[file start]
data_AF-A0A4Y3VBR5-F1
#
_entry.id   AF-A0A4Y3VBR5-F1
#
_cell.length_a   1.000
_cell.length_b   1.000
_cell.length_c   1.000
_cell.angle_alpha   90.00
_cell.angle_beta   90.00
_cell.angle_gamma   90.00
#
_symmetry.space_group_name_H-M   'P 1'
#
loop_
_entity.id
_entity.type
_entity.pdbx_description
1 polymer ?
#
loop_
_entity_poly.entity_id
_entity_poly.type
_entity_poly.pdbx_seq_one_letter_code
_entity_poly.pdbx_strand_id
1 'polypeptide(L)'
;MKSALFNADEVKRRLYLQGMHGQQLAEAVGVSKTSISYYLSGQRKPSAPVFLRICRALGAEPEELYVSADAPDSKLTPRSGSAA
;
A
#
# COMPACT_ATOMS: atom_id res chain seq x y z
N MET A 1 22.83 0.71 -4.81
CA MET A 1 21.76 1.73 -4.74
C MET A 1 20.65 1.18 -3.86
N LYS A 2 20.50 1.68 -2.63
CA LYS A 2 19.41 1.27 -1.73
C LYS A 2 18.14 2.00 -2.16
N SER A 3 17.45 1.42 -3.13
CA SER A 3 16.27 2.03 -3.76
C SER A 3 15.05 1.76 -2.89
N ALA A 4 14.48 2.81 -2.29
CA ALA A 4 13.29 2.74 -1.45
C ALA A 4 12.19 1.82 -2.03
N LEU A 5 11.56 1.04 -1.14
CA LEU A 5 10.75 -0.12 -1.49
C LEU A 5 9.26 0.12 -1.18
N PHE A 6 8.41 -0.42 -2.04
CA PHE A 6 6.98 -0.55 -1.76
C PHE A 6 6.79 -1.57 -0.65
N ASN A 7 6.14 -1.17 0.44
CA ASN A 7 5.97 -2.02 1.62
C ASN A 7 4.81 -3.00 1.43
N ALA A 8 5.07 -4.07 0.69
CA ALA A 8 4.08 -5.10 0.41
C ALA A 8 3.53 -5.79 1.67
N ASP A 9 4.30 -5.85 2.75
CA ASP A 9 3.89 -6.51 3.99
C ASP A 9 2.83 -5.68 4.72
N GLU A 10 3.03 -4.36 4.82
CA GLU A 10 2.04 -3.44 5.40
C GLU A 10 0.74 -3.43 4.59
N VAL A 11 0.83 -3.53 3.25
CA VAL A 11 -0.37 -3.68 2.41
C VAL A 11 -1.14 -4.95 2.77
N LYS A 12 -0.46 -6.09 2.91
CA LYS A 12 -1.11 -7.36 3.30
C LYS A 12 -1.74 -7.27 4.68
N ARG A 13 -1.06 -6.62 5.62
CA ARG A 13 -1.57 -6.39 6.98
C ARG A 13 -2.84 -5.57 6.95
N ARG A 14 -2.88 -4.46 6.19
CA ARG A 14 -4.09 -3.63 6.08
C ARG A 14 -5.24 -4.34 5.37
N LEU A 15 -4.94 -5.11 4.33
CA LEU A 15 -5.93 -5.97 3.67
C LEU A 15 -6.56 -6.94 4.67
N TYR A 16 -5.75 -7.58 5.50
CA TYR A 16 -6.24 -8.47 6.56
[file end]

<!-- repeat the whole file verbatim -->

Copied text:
data_AF-A0A4Y3VBR5-F1
#
_entry.id   AF-A0A4Y3VBR5-F1
#
_cell.length_a   1.000
_cell.length_b   1.000
_cell.length_c   1.000
_cell.angle_alpha   90.00
_cell.angle_beta   90.00
_cell.angle_gamma   90.00
#
_symmetry.space_group_name_H-M   'P 1'
#
loop_
_entity.id
_entity.type
_entity.pdbx_description
1 polymer ?
#
loop_
_entity_poly.entity_id
_entity_poly.type
_entity_poly.pdbx_seq_one_letter_code
_entity_poly.pdbx_strand_id
1 'polypeptide(L)'
;MKSALFNADEVKRRLYLQGMHGQQLAEAVGVSKTSISYYLSGQRKPSAPVFLRICRALGAEPEELYVSADAPDSKLTPRSGSAA
;
A
#
# COMPACT_ATOMS: atom_id res chain seq x y z
N MET A 1 22.83 0.71 -4.81
CA MET A 1 21.76 1.73 -4.74
C MET A 1 20.65 1.18 -3.86
N LYS A 2 20.50 1.68 -2.63
CA LYS A 2 19.41 1.27 -1.73
C LYS A 2 18.14 2.00 -2.16
N SER A 3 17.45 1.42 -3.13
CA SER A 3 16.27 2.03 -3.76
C SER A 3 15.05 1.76 -2.89
N ALA A 4 14.48 2.81 -2.29
CA ALA A 4 13.29 2.74 -1.45
C ALA A 4 12.19 1.82 -2.03
N LEU A 5 11.56 1.04 -1.14
CA LEU A 5 10.75 -0.12 -1.49
C LEU A 5 9.26 0.12 -1.18
N PHE A 6 8.41 -0.42 -2.04
CA PHE A 6 6.98 -0.55 -1.76
C PHE A 6 6.79 -1.57 -0.65
N ASN A 7 6.14 -1.17 0.44
CA ASN A 7 5.97 -2.02 1.62
C ASN A 7 4.81 -3.00 1.43
N ALA A 8 5.07 -4.07 0.69
CA ALA A 8 4.08 -5.10 0.41
C ALA A 8 3.53 -5.79 1.67
N ASP A 9 4.30 -5.85 2.75
CA ASP A 9 3.89 -6.51 3.99
C ASP A 9 2.83 -5.68 4.72
N GLU A 10 3.03 -4.36 4.82
CA GLU A 10 2.04 -3.44 5.40
C GLU A 10 0.74 -3.43 4.59
N VAL A 11 0.83 -3.53 3.25
CA VAL A 11 -0.37 -3.68 2.41
C VAL A 11 -1.14 -4.95 2.77
N LYS A 12 -0.46 -6.09 2.91
CA LYS A 12 -1.11 -7.36 3.30
C LYS A 12 -1.74 -7.27 4.68
N ARG A 13 -1.06 -6.62 5.62
CA ARG A 13 -1.57 -6.39 6.98
C ARG A 13 -2.84 -5.57 6.95
N ARG A 14 -2.88 -4.46 6.19
CA ARG A 14 -4.09 -3.63 6.08
C ARG A 14 -5.24 -4.34 5.37
N LEU A 15 -4.94 -5.11 4.33
CA LEU A 15 -5.93 -5.97 3.67
C LEU A 15 -6.56 -6.94 4.67
N TYR A 16 -5.75 -7.58 5.50
CA TYR A 16 -6.24 -8.47 6.56